Circling. Circling, circling, circling, where have you BEEN all my life?! Okay, that’s silly: I know where it’s been. Circling has been out in plain view and I just chose to ignore it. I initially read about it from Martina Bex, but questioning is mentioned multiple times over at Musicuentos too! (two of many sources here and here) And instead, I ignored it.

“The questions can’t be that important,” I said. “I definitely don’t need to script questions; that’s a waste of time,” I declared. “You can’t ask a question that many times and expect students to pay attention,” I scoffed. “There’s no pattern to questions that will help students when storytelling,” I boasted. And I was wrong.

The last time I told a story, I decided to script my questions. I followed the circling technique to a T. I asked:

  • A question to which students answer yes
  • An either/or question
  • A question to which students answer no
  • A question with a question word (who, what, when, etc)
  • A personalized question (using new vocab, students had to answer about their lives)

And man, did it work. Did student pay better attention? Yes. Did students hear infinitely more repetitions of the target structures? Yes. Did I know if students understand what was happening as it was happening? Yes. And did student get a chance to interact with new vocabulary and structures? YES YES YES.

I’m actually really amazed at how simple it is to ask a series of questions, and how much better retention students had of those target structures than before. It was amazing, and I recommend it to anyone looking to either tell stories, or to increase the language they use with their students.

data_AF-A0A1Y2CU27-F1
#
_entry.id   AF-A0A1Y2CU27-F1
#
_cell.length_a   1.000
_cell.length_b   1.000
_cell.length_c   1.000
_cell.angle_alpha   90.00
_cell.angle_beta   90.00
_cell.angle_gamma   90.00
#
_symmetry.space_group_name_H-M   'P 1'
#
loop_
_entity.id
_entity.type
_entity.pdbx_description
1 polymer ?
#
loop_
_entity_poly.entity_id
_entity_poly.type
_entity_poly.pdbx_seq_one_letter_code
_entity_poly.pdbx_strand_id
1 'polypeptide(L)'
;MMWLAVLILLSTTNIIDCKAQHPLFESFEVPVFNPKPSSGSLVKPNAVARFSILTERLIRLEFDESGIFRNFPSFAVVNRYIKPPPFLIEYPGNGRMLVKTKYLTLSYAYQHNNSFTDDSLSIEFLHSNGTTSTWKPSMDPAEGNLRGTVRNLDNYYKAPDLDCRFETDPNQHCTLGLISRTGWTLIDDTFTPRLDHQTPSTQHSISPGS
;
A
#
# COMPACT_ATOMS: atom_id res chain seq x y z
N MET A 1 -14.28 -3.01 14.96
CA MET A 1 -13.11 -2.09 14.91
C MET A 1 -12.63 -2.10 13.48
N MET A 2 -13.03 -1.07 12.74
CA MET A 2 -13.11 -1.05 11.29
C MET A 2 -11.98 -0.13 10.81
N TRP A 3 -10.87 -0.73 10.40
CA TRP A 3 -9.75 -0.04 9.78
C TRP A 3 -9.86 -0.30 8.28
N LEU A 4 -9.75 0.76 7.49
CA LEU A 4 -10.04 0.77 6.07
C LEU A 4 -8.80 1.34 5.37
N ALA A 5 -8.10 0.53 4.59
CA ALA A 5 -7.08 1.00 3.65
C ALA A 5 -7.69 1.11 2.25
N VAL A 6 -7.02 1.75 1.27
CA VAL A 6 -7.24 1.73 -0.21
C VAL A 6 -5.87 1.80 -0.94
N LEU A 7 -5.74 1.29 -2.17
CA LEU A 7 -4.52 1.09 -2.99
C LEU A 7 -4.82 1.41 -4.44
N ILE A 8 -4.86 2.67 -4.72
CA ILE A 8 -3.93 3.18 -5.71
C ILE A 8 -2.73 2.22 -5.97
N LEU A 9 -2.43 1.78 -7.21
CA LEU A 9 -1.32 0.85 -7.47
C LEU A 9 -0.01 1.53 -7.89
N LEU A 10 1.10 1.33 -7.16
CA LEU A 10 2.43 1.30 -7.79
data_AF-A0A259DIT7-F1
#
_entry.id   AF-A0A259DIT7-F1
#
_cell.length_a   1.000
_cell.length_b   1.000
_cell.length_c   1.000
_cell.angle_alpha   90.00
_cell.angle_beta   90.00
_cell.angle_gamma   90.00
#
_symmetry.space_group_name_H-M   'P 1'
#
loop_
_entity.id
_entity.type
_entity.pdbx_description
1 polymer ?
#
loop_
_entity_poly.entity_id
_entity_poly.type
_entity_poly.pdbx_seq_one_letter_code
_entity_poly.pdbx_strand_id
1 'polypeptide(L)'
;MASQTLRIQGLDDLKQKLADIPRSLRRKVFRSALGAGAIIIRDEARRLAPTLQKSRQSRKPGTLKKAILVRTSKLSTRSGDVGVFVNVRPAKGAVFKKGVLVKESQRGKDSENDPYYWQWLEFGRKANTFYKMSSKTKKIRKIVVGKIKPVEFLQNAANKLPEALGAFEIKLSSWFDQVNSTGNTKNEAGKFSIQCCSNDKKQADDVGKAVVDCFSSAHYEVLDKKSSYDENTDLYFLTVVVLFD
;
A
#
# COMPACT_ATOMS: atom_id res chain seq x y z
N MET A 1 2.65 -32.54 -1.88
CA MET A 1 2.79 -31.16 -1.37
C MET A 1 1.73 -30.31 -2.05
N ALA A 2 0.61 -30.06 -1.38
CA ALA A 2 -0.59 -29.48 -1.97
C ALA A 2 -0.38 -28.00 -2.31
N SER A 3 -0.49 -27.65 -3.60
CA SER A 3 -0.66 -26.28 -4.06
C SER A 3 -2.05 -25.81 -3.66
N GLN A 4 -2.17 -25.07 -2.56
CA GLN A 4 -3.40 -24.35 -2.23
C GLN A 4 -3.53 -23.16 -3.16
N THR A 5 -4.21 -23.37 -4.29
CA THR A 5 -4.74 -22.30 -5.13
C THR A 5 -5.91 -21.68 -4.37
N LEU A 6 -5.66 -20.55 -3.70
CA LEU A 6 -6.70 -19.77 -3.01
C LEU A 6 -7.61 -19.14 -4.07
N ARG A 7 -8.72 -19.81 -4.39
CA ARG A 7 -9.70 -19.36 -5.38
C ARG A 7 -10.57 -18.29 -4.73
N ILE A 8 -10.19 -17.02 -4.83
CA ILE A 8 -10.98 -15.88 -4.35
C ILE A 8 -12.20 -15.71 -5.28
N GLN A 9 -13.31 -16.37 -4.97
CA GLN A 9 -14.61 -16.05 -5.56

Monday, I’ll be telling a story to my level 3s about a magic statue that walks around an art museum. It seems silly, but I hope that they like it. Maybe when I finish the script, I’ll post it here (please encourage me to do so, or I’ll be too “scared” to do so)

Now my challenge to myself is to find great activities to work with after the story is over. I need extension activities, retelling activities, etc. What are your favorite activities for after stories? I’d love to hear your ideas!

My first storytelling experience!

Whew. Today was a day of a lot of target language for me. This has me excited about the potential for storytelling in my classroom. Here are my immediate reflections:

  • I’m not very good at answering my own questions … maybe I should script fake answers?
  • Not sure on the best way to have students draw. Should they draw in frames, or on a whole sheet of paper with arrows?
  • Next time, they definitely need coloring supplies. I don’t know why I didn’t get them out today.
  • I need to review a list of cognates. Thinking of them on the spot is hard.
  • Today was a trial run, but I immediately see the need to have structures that are repetitive/new/intriguing for students.
  • How were kids STILL NOT paying attention to this?!